*But like some American Southern accents, the vowels in GOOSE and GOAT are fronted (pronounced closer to the center of the vowel space — i.e. IPA gʉs and gɜʊt).
Again, the example is seen in how Philly people pronounce certain vowels.



The above describes Philly, NOT Baltimore. Philly's is a Southern-lite vowel use accent with NY sounds whereas Baltimore's is fully Southern. Find me someone with a Baltimore accent that has any NYisms in it.

See I know damn well that the Philly accent is Northeastern. You're the one who will not admit to its Southernisms, however. But to say that Baltimore's accent has NY characteristics is ridiculous.



The Yankee-fication Of The Philly Accent | The American Conservative


Quote:
The Atlantic reports on research done by Penn linguists finding that the Philadelphia accent has been steadily moving away from its Southern-ish sound toward a more uniformly Northern sound.
Philly's sound in history has been "Southern-ish". The fact that I'm not the only one noticing this shows that you just want to ignore facts. If Philly's sound is "Southern-ish" then it stands to reason that Baltimore's sound is Southern because of the fact that it doesn't have a Northern Cities Vowel Shift or any of that New York pronunciation.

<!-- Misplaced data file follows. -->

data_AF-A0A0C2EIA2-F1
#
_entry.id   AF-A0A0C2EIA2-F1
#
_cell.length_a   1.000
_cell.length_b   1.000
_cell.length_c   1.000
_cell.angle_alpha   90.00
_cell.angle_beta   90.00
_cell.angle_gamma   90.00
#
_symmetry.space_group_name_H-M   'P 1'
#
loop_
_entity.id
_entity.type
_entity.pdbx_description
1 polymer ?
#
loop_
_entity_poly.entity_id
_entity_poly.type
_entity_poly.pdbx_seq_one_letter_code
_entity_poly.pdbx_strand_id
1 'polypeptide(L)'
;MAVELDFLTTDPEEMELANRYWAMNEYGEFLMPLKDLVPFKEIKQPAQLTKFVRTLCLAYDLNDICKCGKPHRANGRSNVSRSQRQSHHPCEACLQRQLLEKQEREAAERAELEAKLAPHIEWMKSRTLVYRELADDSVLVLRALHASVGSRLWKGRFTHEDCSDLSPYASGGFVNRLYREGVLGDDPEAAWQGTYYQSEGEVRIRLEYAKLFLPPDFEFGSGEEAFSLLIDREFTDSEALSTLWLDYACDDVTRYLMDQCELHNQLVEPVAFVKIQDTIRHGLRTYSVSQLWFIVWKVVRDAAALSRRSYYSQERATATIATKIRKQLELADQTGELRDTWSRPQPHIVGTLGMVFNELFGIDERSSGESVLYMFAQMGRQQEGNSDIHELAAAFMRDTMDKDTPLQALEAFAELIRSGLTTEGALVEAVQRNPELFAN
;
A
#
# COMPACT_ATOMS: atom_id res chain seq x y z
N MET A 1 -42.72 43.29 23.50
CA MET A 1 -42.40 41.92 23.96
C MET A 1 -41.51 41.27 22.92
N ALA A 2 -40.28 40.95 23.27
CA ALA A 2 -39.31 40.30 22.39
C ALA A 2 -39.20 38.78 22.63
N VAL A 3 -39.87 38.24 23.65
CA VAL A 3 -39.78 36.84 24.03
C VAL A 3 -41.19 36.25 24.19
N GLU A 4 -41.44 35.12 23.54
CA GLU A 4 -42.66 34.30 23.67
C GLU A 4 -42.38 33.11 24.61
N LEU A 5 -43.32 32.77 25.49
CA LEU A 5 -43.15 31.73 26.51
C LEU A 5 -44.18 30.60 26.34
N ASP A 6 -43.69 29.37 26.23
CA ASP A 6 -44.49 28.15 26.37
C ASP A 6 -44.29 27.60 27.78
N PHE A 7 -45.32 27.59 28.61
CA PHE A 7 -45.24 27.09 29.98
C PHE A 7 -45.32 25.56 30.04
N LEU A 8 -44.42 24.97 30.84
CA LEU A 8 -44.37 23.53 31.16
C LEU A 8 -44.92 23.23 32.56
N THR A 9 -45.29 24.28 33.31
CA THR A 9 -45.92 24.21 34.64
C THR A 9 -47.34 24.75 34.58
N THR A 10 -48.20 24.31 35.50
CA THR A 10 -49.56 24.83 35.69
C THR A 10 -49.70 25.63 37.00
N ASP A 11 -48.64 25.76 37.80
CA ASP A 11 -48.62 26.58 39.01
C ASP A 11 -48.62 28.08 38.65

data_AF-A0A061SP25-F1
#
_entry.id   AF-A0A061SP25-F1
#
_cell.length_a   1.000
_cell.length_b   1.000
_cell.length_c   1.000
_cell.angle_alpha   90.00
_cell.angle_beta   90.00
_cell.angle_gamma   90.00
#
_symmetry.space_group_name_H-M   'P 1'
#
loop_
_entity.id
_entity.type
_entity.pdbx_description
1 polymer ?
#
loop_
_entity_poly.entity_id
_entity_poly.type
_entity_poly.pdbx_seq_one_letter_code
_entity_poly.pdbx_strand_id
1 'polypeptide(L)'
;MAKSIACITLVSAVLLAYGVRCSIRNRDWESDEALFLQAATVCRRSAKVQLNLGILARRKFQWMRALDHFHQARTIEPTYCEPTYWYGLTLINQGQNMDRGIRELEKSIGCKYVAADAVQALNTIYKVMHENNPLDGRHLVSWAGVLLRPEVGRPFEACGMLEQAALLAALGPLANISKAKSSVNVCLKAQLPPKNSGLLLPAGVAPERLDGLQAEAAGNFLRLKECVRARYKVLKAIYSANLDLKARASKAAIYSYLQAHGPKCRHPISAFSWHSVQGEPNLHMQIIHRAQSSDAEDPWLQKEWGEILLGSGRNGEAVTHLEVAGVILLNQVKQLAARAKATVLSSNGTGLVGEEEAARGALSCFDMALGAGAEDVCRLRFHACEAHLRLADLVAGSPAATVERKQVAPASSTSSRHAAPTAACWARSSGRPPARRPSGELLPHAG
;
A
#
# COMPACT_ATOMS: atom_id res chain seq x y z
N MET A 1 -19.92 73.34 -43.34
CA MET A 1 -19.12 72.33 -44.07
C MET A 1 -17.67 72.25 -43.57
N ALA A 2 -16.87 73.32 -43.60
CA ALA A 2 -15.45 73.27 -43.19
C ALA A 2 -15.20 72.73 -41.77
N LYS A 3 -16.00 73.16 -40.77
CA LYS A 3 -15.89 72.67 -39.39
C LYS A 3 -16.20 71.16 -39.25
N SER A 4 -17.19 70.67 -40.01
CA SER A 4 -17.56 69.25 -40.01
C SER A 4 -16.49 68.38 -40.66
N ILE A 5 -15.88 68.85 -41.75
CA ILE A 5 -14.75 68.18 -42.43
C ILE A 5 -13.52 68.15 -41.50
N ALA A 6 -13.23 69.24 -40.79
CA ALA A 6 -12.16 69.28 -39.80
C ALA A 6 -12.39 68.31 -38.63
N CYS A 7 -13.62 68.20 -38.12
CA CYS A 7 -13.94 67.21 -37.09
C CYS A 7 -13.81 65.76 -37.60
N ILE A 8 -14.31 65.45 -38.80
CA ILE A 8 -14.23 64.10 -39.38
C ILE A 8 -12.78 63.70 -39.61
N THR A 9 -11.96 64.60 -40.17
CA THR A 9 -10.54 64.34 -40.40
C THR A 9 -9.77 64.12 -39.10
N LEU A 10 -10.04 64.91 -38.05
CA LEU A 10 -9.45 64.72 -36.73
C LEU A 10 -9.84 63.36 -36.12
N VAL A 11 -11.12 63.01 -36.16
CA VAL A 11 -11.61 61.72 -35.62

Baltimore's accent is not Northeastern, you've got it backwards. It's Philly's accent that has a bit of Southern in it that causes it to sound like Baltimore, not the other way around. Philly is a bad example for you to use because it has Southern aspects. Let me know when Baltimore people sound like New Yorkers or Bostonians and then you have a case. You can't use a city that already has Southernisms as an example. That's a terrible way to prove Baltimore sounds Northeastern.
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Old 11-18-2014, 09:43 AM
 
Location: Oxford, CT
3,556 posts, read 2,323,321 times
Reputation: 2898
Quote:
Originally Posted by Ball freak View Post
This sounds like an awfully convenient story that you just made up to make your case stronger. Nobody is saying Baltimore is completely Southern free in its accent, but it is not a full blown Southern accent. If baltimorese is Southern than so is Philadelphia and that's obviously not true.